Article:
Many posters believe that the BBC has damaged its credibility as a news organisation by its handling of the affair.
Dr Kelly was named as the key source for a BBC news story about a UK government dossier of information on Iraq's weapons of mass destruction.
On 29 May, Today reporter Andrew Gilligan filed a report in which he claimed that the government had 'sexed up' the dossier. The source for the story was quoted as a 'senior British official'. As a row broke out between the government and the BBC, the broadcaster came under increased pressure to name its source.
Dr Kelly was later summoned by a foreign affairs select committee and faced some aggressive questioning during the hearing. His body was found by police in woodland near his home on 18 July.
Members of the Today message boards have been asking some tough questions of the BBC's reporting standards.
'Ian Doucet' posted a 500-word message entitled 'Questions unanswered by the BBC' demanding answers to a series of points relating to the handling of the affair.
"Gilligan’s report on 29 May was said at the time to be based on a single uncorroborated source, which we now know to be Dr Kelly. But Richard Sambrook, head of BBC News, said on 20 July that Gilligan’s 29 May report was based on several sources of which Kelly was the primary source. Which version is correct?" asks Mr Doucet.
'Art Lines' felt that the BBC's problem was doggedly sticking by the story - and its reporter. "By sticking with the story against all government efforts to get it to prove it, the BBC has put its reputation on the line," he writes.
"After all is revealed, will anyone be able to trust a BBC news item again?"
Another poster, 'Wilf' says: "The days of good old fashioned hard facts have disappeared in BBC reporting. I certainly think the head of news should resign - the fault is his along with the reporter who should also go. The name of the BBC has been besmirched by the attempts to justify its position.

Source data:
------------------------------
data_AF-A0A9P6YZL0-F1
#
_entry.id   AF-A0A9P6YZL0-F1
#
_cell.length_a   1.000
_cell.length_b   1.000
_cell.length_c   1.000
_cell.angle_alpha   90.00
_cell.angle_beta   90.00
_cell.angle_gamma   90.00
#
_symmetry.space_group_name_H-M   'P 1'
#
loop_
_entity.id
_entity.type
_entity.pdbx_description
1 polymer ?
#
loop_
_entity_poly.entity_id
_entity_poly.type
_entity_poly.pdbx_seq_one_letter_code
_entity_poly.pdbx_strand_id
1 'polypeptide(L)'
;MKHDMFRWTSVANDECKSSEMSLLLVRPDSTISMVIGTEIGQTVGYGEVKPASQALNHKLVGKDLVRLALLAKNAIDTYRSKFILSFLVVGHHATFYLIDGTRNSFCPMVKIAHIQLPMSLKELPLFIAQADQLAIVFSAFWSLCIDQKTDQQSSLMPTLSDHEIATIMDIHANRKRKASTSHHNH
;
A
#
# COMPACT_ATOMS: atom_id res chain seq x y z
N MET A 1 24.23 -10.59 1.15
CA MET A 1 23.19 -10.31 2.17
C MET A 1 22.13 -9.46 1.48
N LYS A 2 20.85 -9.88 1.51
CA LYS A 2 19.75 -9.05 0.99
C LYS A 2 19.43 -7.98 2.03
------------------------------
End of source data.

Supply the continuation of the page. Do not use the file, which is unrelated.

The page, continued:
"That's not good journalism; that's just PR self-interest."
One poster defended the BBC's position, stating that the government were wrong to demand that it should reveal its source.
"It has been a tradition of long standing that sources are not revealed, as a way to preserve the freedom of this country," he writes.
A BBC spokesperson told dotJournalism that the message boards were established in 1998 to give licence fee payers the chance to talk to one another and to the BBC.
"They are an important part of our public service role, providing a forum for debate and the opportunity for our users to voice their opinions: the online equivalent of a radio phone-in," he said.
The boards are carefully moderated by the BBC though, and because of the resources needed to monitor them, they are also closed at night.
Free daily newsletter
- Call for Views: UK media invited to shape code of practice on data protection in journalism
- Newsrewired March 2019: seven main takeaways
- BBC Local News Partnerships: how breaking out of the London bubble can strengthen the news agenda
- Local Democracy Reporters supply 850 regional titles with public interest stories
- The Cairncross Report: first impressions